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BC NDP budget has room to spend money and should, says economist

Marc Lee of the Canadian Centre for Policy Alternatives says with economic growth halted due to interest rate hikes, now is the time for the provincial government to maintain spending, despite concerns over the rising cost of debt.
Marc Lee, a senior economist for the Canadian Centre for Policy Alternatives.

The BC NDP provincial government should have enough runway to operate a sizable deficit in Thursday’s annual budget despite contrasting concerns of high interest rates from fiscal conservatives, says economist Marc Lee of the left-wing think tank Canadian Centre for Policy Alternatives.

Economists and analysts for the Fraser Institute, Independent Contractors and Businesses Association and Business Council of British Columbia have shared those broad concerns with Glacier Media this week, arguing the provincial government ought to show spending restraint amid a slowing economy increasingly steered by historic interest rate hikes eating into household spending.

But, said Lee, “in terms of overall debt, I don’t really see those red flags.”

Since the NDP took power in June 2017 taxpayer-supported debt has risen from $45.2 billion (2018) to $69.3 billion as of last September.

But relative to the province’s GDP debt accounted for 15.5 per cent in 2018 and is now at 17 per cent.

Both debt and debt-to-GDP ratio have fallen since the COVID-19 pandemic and are at some of the lowest rates among provinces, noted Lee.

Fiscal conservatives are concerned debt payments will become unmanageable but Lee says “right now the debt payments relative to overall revenue is still under four per cent.”

The 2023 budget stated “debt affordability remaining at levels that are lower than they have been historically” and B.C. taxpayers actually only spend three cents for every dollar, whereas in 2017 they spent 3.3 cents, according to financial records that indicate the government is paying 4.18 per cent interest on its long-term debt.

While the NDP has turned surpluses into deficits of late, the tide hasn’t shifted substantially, said Lee, also noting budgets bake in lots of contingency expenditures to address cost overruns.

From 2018 to last year, total revenues have risen about 43 per cent whereas expenditures are up about 50 per cent. Much of the added revenues are a result of taxes on growing wages and population growth; the BC NDP has made only minor changes to income and business taxes since 2017.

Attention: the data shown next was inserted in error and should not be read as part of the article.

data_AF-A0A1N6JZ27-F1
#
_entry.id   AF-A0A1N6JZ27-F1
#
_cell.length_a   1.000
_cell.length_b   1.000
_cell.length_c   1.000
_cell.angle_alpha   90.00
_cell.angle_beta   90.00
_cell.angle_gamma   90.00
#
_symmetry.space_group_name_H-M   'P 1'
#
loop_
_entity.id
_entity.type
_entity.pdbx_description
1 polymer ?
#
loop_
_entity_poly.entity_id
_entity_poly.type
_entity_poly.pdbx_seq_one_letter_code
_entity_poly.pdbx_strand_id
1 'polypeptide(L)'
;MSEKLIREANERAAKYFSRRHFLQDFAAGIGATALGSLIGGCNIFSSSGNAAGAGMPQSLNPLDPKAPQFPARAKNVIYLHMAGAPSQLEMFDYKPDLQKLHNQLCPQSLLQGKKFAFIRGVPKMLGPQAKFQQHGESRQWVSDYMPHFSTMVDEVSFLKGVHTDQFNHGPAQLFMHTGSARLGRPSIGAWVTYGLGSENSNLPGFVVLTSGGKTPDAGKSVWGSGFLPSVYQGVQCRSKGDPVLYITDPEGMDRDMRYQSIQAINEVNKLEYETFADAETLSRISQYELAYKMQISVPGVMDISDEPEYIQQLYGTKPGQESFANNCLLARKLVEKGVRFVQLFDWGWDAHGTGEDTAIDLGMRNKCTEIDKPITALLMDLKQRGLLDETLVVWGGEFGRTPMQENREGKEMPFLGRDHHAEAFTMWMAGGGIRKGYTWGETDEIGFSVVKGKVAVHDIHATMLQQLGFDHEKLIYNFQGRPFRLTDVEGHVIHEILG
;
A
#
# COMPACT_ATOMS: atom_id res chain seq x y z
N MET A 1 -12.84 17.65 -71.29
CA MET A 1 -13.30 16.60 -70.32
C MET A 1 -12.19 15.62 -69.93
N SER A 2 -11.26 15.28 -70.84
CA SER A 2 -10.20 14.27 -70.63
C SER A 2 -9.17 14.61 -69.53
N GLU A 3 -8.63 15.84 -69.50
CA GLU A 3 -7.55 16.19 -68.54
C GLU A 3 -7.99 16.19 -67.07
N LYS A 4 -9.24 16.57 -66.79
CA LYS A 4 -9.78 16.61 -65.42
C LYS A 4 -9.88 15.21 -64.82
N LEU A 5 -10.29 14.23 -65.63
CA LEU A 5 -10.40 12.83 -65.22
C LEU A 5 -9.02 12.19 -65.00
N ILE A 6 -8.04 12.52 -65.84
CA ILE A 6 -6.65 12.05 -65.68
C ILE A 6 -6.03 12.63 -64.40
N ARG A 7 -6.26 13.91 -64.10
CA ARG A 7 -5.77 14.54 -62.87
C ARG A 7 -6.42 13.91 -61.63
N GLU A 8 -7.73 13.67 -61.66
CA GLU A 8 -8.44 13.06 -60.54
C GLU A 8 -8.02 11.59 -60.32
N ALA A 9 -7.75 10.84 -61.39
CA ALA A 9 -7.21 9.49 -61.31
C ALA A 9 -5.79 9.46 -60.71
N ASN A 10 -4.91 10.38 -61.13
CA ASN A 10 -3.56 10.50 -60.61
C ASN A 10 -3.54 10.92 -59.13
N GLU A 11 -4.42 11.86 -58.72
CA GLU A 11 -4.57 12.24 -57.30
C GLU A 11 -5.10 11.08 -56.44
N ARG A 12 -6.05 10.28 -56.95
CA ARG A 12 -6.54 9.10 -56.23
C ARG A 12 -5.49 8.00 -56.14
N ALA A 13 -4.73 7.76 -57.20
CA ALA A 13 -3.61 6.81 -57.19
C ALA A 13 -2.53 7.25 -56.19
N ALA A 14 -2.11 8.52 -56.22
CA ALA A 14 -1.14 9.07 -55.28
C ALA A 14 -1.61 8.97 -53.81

For Lee, with a recession in progress or on the way, all signs should point to more spending.

“Straight up old-school fiscal policy is that if you’re looking into a recession, that’s the worst time for government to tighten its belt and try to balance the budget. That only makes the recession worst because you’re pulling money out of the economy,” said Lee, calling the fiscal conservative approach “irresponsible.”

In keeping with his centre’s approach, Lee suggests government should be investing in all major sectors: housing, health care, social and mental health supports and education all need ongoing upgrades.

And Lee’s centre is acutely focused on policies aimed at improving housing affordability for lower- and middle-class people and families.

Lee has been supportive of the province’s housing plan, including bypassing municipal governments to create blanket zoning for multi-unit buildings in detached home neighbourhoods.

But, said Lee, the government needs to spend more money on building non-market housing, such as supportive housing and co-ops.

Lee said the new BC Builds program is “disappointingly small” at just $950 million of investment dollars to build 4,000 new homes (combined with $2 billion of low-interest loans to non-profit builders). 

“That’s better than zero but in a population of five million people, it’s not even a rounding error,” said Lee.

“In many ways, they’re moving in the right direction but with far too little ambition, particularly on the housing, mental health and climate side,” said Lee.

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